Alec Baldwin, hired to portray Donald Trump this season, is freakishly good in the role. And the long-running show’s liberal biases are still firmly in place.
Let’s break down the most talked about sketch from the weekend’s premiere episode. The show’s cold open began with, what else, the first Trump-Clinton debate. How could it resist? What followed was darn-near textbook sketch bias, right from the opening bell.
Let’s dive in.
There are a few things Trump supporters don’t want highlighted about their candidate:
- His sketchy temperament
- His cruel treatment of select women
- His rampaging ego
- His alleged racism
- His word salad style
Clinton devotees, in comparison, hope to downplay all of the following flaws in their candidate:
- The Clinton Foundation imbroglio
- Her utter lack of transparency
- Her inability to tell the truth
- Her malignant email scandal
- Her awful record of accomplishment
If any sketch hits these issues, the candidate in question will suffer accordingly. This isn’t just comedy, mind you. There’s a reason we recently learned about new pressure being brought upon satirists to keep hitting Trump up until Election Day.
Jokes matter in our culture. Seriously.
So what happened? Michael Che, portraying biased moderator Lester Holt, introduces Trump by saying he’s to blame for the bottom half of his children’s faces. Right away, “SNL” is mocking both a candidate’s physical appearance and his children in one “laugh” line.. Imagine if they did the same to Clinton?
A coughing, weakly Hillary Clinton (Kate McKinnon, an unabashed Clinton booster), enters the debate stage. She’s precisely as the InfoWars crowd depicts her.
Frail. Sickly. Unable to walk without a cane.
Then, she does a forward roll, springs up and declares herself ready for action. The Clinton Campaign staff couldn’t have written a friendlier entrance.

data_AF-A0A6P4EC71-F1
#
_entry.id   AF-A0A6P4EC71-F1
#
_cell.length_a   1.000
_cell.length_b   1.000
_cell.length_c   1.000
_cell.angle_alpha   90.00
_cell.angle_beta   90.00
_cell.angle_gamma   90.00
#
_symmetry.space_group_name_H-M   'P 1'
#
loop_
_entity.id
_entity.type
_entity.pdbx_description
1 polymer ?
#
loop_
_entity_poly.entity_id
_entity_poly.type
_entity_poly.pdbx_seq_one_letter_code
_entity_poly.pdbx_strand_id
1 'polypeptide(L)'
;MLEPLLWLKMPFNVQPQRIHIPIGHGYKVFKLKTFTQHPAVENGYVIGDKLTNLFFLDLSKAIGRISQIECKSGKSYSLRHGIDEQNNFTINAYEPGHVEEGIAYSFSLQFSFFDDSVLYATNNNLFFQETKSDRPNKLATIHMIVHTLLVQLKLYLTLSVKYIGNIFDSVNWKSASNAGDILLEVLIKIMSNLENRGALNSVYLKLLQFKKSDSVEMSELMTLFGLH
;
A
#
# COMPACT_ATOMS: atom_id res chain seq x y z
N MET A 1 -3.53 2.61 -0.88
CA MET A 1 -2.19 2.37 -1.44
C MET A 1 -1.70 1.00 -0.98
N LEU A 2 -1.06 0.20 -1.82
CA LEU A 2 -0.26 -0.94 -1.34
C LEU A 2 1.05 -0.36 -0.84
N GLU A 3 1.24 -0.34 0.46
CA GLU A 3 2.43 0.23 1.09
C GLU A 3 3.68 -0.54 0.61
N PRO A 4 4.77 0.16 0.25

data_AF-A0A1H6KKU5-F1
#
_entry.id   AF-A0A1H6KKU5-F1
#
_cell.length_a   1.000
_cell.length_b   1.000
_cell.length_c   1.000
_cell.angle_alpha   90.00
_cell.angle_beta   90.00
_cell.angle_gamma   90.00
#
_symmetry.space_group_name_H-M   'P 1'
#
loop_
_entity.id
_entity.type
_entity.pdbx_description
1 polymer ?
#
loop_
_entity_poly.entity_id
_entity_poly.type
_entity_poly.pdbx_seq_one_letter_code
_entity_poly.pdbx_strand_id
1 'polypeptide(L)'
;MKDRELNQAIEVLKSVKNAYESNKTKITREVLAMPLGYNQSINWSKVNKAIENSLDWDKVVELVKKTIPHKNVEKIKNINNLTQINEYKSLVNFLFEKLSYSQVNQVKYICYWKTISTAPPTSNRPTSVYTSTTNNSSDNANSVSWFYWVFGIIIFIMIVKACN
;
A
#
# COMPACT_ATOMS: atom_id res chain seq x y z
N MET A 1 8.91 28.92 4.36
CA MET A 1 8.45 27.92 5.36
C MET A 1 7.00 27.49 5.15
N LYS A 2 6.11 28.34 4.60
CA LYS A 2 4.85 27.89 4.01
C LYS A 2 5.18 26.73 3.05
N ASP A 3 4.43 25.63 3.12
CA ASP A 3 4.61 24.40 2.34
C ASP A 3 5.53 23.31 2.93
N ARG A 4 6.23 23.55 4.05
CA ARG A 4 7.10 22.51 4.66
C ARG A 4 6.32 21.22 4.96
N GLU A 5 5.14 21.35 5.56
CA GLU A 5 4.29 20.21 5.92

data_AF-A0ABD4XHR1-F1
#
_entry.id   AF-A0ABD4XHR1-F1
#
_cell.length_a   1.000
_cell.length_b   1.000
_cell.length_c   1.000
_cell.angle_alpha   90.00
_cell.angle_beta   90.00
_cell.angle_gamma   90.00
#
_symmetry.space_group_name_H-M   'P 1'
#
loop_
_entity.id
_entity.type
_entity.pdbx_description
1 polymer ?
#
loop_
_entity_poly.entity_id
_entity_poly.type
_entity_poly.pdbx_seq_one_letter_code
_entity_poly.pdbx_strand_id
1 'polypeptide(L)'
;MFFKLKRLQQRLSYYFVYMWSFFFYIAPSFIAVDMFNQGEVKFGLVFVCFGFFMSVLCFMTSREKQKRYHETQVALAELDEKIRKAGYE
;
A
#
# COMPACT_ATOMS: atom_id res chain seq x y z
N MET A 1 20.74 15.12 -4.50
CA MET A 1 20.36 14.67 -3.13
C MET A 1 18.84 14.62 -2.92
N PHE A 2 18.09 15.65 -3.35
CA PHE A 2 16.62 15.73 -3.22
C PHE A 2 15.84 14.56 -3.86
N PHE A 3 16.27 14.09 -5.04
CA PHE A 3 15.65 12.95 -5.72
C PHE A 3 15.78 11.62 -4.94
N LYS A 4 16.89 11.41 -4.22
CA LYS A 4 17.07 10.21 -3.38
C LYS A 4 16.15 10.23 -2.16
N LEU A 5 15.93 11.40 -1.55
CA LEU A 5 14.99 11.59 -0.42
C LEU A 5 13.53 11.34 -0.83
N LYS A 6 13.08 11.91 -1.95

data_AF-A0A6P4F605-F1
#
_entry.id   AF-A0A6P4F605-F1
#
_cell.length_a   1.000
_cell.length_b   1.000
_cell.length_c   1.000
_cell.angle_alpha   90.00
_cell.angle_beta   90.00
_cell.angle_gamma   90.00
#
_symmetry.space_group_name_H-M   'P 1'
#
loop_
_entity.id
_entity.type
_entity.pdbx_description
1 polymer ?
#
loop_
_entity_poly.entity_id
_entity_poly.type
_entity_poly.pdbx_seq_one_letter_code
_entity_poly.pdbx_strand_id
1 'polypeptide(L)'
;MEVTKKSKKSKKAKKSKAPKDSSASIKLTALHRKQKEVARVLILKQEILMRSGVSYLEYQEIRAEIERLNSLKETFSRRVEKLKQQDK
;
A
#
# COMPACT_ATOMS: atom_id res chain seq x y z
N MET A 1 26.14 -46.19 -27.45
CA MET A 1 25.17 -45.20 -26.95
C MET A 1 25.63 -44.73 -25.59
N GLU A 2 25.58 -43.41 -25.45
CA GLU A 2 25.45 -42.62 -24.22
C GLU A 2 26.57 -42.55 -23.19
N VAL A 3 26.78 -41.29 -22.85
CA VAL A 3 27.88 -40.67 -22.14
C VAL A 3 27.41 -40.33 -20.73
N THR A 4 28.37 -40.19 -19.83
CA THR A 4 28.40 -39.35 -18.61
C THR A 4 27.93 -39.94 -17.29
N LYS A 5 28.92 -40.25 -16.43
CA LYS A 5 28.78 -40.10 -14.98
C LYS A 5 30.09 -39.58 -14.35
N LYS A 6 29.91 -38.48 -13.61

The debate begins.
Clinton’s health is a legitimate issue that “SNL” tries to shoo away. Instead, the show’s writers suggest Trump wanted the debate to wrap in only a few minutes. Suddenly, he’s the one without the “stamina” to mix it up for 90 minutes.
Clinton’s “Trumped Up” line, a limp attempt at a debate catchphrase, is properly roasted by both Che and McKinnon.
Then, it’s back to the bias.
Trump spouts the expected stream of bombast, and when the camera returns to Clinton she says, “I think I’m gonna be president.”
That comes despite post-debate polls showed neither candidate scored a knockout punch.
“He’s clearly unfit to be Commander in Chief,” Clinton continues, listing the actual candidate’s talking points against him. The real ones. Nothing comedic here.
Then, the sketch mocks Sean Hannity’s Trump adoration without showing anything similar to Clinton. McKinnon brings up Clinton’s “human father,” a nod to the “SNL” narrative that’s she’s cold and calculating. It’s the go-to caricature McKinnon has been using for some time.
It’s clever and effective, but it’s never meant to sway voters.
Her Clinton then paints Trump as a racist, to which Trump responds, “the thing about the blacks is that they’re killing each other,” while Holt shakes his head in shame.
The toughest stab at Clinton comes near the end, when they refer to her name dropping Alicia Machado as a “a strong, beautiful political prop that I almost forgot to mention tonight.”
The faux Trump wraps by bringing up former President Bill Clinton’s infidelities. That only matters from an electoral point of view because the former First Lady savaged the women her husband allegedly accused of sexual abuse.
Only Trump didn’t play the Bimbo Eruption card during the debate. Nor does the show connect the Clinton dots regarding why the affairs matter.
Meanwhile, the weekend’s Parade Magazine featured several “SNL” cast members for its latest cover story. The angle? How “SNL” doesn’t take sides.
“Humor is a powerful tool,” cast member Cecily Strong tells the magazine before she and her cast mates pay lip service to “SNL” playing it straight, ideologically speaking.
Expect more of the same between now and Election Day.